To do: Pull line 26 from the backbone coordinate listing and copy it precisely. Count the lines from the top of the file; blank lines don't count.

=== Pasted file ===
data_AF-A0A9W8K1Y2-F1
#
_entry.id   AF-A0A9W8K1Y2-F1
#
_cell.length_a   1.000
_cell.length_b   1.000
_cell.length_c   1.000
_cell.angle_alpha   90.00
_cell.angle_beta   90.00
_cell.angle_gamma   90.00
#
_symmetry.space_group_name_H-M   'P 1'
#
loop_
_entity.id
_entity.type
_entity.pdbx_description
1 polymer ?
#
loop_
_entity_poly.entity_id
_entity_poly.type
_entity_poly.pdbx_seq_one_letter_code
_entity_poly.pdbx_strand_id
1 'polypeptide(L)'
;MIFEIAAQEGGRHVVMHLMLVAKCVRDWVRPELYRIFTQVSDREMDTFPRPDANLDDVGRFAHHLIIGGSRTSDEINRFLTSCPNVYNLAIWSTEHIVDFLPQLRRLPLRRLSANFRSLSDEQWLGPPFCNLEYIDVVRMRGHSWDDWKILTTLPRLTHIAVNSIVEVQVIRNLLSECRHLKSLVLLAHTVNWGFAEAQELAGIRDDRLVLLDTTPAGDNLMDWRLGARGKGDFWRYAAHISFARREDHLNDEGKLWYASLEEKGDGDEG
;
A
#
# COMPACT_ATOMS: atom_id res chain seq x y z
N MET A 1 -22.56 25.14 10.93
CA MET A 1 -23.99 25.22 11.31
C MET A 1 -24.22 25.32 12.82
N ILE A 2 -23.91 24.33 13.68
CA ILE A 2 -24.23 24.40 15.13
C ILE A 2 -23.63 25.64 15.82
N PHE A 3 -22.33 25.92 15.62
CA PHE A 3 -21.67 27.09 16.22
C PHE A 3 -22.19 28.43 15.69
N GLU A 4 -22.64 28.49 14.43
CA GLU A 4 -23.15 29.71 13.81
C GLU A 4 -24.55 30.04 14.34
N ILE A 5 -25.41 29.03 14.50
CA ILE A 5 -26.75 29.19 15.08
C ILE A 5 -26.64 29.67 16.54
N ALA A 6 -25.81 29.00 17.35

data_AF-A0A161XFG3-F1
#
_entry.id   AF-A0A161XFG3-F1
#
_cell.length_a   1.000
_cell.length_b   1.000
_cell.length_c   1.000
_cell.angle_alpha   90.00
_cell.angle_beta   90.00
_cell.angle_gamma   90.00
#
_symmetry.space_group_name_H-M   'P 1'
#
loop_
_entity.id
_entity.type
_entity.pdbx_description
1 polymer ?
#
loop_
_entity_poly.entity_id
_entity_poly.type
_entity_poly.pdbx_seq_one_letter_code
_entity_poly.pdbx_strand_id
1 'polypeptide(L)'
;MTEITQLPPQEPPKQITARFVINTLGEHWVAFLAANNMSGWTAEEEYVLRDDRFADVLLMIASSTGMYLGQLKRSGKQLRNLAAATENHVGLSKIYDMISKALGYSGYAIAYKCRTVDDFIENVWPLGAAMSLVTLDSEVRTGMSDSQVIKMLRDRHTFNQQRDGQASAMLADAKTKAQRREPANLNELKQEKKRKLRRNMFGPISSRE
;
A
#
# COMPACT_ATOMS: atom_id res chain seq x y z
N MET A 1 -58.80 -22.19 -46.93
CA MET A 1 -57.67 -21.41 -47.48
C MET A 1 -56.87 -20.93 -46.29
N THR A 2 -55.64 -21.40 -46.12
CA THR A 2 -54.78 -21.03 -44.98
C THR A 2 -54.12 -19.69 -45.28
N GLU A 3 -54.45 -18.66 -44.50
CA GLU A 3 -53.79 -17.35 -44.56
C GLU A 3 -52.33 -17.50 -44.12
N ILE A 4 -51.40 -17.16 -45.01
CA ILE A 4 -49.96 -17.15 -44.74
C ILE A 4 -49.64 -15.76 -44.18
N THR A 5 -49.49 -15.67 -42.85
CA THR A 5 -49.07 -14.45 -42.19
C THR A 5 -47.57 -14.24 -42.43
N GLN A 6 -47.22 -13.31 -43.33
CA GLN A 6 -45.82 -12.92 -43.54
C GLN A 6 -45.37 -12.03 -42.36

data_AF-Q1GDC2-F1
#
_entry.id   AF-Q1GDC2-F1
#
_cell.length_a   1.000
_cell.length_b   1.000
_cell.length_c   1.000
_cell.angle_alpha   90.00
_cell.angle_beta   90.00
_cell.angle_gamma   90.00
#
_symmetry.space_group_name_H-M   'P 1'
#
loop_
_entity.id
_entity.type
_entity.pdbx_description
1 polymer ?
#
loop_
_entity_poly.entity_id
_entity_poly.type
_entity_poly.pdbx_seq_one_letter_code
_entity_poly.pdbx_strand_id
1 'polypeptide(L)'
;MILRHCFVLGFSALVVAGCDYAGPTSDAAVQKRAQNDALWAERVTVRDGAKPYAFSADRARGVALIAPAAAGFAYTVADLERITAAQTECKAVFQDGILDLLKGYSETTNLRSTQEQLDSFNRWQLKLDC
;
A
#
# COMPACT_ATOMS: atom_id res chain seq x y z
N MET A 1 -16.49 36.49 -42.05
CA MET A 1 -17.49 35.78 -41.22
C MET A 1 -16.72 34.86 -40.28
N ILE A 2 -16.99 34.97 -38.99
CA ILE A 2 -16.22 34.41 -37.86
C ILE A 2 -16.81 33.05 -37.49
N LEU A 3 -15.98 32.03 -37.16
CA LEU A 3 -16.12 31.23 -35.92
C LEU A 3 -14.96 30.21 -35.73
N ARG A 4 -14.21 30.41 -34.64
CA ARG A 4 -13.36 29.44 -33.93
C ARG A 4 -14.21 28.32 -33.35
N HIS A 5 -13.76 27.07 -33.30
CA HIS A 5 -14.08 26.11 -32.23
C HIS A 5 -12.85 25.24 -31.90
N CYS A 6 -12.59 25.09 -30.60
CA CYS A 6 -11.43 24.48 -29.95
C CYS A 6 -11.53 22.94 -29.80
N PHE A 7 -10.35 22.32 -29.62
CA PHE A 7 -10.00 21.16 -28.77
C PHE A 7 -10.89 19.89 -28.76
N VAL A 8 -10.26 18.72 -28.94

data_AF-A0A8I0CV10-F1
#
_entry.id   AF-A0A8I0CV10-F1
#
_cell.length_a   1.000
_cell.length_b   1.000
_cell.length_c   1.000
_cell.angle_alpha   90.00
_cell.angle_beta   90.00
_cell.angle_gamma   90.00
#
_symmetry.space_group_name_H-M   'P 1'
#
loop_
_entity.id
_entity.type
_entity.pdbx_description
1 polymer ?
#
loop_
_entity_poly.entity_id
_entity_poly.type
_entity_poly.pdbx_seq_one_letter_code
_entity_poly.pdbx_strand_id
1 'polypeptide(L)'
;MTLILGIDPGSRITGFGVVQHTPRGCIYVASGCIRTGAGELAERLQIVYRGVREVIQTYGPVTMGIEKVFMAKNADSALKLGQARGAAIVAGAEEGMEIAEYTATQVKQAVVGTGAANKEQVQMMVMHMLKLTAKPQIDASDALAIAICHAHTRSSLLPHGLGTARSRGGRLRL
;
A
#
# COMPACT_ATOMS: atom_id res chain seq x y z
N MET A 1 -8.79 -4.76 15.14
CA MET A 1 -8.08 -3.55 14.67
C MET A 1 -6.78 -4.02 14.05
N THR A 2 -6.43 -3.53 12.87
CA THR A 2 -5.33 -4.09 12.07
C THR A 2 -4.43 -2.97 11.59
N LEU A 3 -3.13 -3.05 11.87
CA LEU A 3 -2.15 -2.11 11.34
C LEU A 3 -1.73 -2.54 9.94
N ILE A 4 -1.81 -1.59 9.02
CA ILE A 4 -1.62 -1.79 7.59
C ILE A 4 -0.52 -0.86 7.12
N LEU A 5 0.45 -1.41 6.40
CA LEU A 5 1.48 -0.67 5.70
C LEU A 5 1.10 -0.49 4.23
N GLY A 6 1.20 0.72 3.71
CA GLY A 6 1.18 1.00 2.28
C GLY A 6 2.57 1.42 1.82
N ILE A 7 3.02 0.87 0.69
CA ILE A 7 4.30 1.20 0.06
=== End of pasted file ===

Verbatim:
;MIFEIAAQEGGRHVVMHLMLVAKCVRDWVRPELYRIFTQVSDREMDTFPRPDANLDDVGRFAHHLIIGGSRTSDEINRFLTSCPNVYNLAIWSTEHIVDFLPQLRRLPLRRLSANFRSLSDEQWLGPPFCNLEYIDVVRMRGHSWDDWKILTTLPRLTHIAVNSIVEVQVIRNLLSECRHLKSLVLLAHTVNWGFAEAQELAGIRDDRLVLLDTTPAGDNLMDWRLGARGKGDFWRYAAHISFARREDHLNDEGKLWYASLEEKGDGDEG